Women with agency are hard to control, and women who can’t be controlled are dangerous to Victorian ideals. We’ve talked about this in class. Heck, we’ve talked about similar ideas outside of class, since this concept does, to a certain degree, apply to our own culture. Women with agency are hard to control, and that frightens people in power. Even more threatening are people, especially women, with mental illnesses. The mentally ill are seen as difficult, sometimes impossible to control. Even in modern times, we are often written off as erratic, a view that is used to diminish (or at least hide) our role in society and to excuse an unhealthy and unjustified fear of us.


Anne Catherick may or may not have been mentally ill when she was forced into an asylum, but her behavior upon escaping certainly defies any expectations one might have of a proper Victorian woman. As Sr. Percival’s lawyer, Mr. Merriman, puts it, “A dangerous woman to be at large, Mr. Gilmore; nobody knows what she may do next” (154). And he’s right—nobody does! Anne Catherick remains a mystery thus far in the novel, but the danger she poses to ideas of what a woman should be in her society is so strong that it cannot be shrouded, not even by the aura of uncertainty that surrounds her and her past.


The portrayal of Anne Catherick as (potentially) mentally ill reflects Victorian and modern views on mental illness, views that I have more or less covered. Anne’s behavior is unpredictable, which makes her impossible to control. Furthermore, she has been successful in evading Sir. Percival’s reach, signifying escape from a social hierarchy governed by class, gender, and money (three things that place Sir. Percival in power). Because Anne is a woman, and a lower class woman at that, her escape from a hierarchy that would deny her even the most basic power (power over the self) is a threatening one. If more women were like Anne, they could completely upend Victorian society, and where would Sir. Percival be then?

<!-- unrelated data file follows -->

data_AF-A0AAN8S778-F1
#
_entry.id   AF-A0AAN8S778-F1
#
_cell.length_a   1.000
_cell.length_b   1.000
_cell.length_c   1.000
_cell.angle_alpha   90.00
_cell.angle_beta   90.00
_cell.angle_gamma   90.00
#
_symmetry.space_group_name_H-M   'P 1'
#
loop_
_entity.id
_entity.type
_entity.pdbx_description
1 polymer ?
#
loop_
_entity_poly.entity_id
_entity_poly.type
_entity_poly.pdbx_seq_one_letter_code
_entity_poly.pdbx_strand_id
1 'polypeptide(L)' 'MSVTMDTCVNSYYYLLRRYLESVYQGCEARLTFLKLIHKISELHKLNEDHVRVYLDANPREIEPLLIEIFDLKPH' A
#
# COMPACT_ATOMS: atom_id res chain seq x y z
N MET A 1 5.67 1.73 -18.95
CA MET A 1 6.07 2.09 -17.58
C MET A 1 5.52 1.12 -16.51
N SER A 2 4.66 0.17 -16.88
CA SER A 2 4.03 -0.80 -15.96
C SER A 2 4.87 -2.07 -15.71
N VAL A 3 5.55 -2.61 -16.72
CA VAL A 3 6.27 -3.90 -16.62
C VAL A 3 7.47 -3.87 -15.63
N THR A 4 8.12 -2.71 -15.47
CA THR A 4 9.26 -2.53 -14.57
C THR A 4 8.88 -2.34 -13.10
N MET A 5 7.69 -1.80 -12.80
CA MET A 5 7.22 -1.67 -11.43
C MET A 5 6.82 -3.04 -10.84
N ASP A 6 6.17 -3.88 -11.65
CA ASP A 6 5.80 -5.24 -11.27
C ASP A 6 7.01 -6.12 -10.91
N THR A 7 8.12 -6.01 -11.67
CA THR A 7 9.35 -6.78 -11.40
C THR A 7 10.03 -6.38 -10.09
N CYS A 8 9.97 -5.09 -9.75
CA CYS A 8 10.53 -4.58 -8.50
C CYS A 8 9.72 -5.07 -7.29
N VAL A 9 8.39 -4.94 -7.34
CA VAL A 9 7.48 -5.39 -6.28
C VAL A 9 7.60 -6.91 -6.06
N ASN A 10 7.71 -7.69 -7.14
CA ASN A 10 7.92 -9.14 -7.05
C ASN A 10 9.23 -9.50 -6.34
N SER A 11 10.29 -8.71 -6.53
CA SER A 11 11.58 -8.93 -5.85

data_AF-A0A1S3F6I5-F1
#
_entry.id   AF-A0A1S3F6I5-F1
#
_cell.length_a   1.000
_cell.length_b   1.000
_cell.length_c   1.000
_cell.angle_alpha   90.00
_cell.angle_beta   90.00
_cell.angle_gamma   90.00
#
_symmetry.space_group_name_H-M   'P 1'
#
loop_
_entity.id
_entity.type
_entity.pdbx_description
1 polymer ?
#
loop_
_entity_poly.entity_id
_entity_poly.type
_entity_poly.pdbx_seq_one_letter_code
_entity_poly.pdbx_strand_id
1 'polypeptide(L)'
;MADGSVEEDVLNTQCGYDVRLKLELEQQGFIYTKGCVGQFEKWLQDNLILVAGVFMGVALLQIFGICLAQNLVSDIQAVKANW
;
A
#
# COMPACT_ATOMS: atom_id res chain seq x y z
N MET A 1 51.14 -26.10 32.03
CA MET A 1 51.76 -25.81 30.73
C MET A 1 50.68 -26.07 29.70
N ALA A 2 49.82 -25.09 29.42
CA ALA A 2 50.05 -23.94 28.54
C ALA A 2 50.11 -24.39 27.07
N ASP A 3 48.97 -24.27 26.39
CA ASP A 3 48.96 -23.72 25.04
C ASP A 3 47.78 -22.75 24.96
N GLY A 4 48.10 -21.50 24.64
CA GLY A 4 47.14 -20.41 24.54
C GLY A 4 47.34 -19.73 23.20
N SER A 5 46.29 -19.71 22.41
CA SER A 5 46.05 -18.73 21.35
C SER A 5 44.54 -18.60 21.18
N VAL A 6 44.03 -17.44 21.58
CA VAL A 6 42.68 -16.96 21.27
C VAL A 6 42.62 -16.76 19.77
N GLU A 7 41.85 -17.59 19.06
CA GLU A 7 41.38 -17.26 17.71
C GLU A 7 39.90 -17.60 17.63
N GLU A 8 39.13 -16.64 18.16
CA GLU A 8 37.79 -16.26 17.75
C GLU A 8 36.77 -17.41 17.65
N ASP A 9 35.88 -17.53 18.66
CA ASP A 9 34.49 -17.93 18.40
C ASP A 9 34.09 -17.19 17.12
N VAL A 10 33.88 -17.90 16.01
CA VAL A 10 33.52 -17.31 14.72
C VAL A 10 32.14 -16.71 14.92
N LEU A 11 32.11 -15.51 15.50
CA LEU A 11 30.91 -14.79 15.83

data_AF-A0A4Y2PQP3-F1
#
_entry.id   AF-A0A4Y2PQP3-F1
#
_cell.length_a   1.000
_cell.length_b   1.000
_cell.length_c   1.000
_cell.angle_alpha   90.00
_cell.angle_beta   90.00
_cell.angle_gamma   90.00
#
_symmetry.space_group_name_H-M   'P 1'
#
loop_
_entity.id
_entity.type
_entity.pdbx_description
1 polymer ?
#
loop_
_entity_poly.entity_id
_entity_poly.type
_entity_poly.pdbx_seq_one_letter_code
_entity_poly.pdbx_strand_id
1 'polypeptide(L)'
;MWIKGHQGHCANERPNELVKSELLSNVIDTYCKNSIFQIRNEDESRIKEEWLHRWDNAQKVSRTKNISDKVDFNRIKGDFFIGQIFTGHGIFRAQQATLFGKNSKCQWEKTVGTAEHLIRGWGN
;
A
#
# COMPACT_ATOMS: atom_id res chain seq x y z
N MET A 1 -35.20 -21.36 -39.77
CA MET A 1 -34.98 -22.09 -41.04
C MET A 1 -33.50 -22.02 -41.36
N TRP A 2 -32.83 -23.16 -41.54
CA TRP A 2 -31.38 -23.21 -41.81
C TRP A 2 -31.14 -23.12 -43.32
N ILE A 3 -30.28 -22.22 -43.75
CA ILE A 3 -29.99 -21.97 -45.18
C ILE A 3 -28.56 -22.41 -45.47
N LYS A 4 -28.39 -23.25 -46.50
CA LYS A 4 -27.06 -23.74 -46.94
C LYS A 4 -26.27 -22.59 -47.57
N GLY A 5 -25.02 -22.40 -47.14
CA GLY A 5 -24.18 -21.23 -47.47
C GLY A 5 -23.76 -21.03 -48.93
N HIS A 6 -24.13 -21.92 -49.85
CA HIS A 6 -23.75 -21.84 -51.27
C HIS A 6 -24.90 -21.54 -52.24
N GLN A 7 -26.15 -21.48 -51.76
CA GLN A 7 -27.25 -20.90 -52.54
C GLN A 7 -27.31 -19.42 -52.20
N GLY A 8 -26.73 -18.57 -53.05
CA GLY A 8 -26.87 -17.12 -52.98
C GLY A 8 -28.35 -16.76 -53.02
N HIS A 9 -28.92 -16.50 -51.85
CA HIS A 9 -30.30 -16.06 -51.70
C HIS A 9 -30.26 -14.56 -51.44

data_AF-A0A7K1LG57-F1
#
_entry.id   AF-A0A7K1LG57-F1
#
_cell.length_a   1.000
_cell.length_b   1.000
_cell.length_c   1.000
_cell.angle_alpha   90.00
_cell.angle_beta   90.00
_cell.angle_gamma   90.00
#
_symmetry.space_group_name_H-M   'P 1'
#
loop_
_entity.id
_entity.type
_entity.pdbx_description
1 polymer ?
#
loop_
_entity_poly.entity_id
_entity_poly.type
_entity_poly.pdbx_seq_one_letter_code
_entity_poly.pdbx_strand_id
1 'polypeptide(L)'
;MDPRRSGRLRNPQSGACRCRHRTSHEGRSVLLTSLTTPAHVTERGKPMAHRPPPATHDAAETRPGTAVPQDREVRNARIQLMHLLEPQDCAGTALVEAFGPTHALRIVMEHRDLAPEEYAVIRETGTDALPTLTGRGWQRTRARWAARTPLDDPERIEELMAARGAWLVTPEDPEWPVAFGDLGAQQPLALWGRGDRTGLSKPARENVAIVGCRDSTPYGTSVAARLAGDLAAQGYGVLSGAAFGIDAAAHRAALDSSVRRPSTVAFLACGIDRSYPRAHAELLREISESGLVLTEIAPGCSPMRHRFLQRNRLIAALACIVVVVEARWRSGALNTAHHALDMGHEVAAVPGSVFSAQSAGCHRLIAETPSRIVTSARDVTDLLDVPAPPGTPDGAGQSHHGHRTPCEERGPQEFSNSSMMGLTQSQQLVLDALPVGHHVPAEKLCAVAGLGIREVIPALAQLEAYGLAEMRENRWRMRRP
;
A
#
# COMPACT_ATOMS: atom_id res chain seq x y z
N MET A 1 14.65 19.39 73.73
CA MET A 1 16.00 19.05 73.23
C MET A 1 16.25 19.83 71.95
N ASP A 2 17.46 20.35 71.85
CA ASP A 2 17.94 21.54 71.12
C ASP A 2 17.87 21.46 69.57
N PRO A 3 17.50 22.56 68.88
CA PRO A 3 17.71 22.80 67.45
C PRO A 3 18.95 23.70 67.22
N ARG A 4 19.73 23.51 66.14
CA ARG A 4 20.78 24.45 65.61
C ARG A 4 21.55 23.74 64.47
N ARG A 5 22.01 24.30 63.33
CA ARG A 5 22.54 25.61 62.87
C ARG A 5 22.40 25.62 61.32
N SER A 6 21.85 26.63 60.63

By interpreting Anne as mentally ill, her society minimizes her power as an autonomous woman while also stigmatizing her and excusing her mistreatment. And to be completely honest, this is not solely a Victorian issue. Stigma around mental illness remains a huge problem, and that stigma is sometimes co-opted in order to dismiss women. In modern America, mental illness is often talked about in the context of violence, suggesting that mentally ill people are more likely than people who are not mentally ill to be violent (they aren’t: Take today’s trending topics on Facebook, which actually included the phrase “Madman with a Cleaver.” How does that not strengthen the association between mental illness and danger? On a less sensational level, I suspect that most of us have heard an outspoken woman called “crazy” at one point or another (some of us have even been that woman). What does it say about our society that women who demonstrate power still risk being dismissed as members of an even more marginalized group?


The Woman in White is a product of Victorian society, but it’s hard not to notice its modern connections. Regardless of whether or not Anne Catherick is actually mentally ill, her confinement to an asylum and Mr. Merriman’s later comments both reflect fears of autonomous women and unpredictability. These fears continue to infect in our own society, and while blame can only be placed on us for continuing to promote them, it is interesting to look at their earlier manifestations in Victorian literature.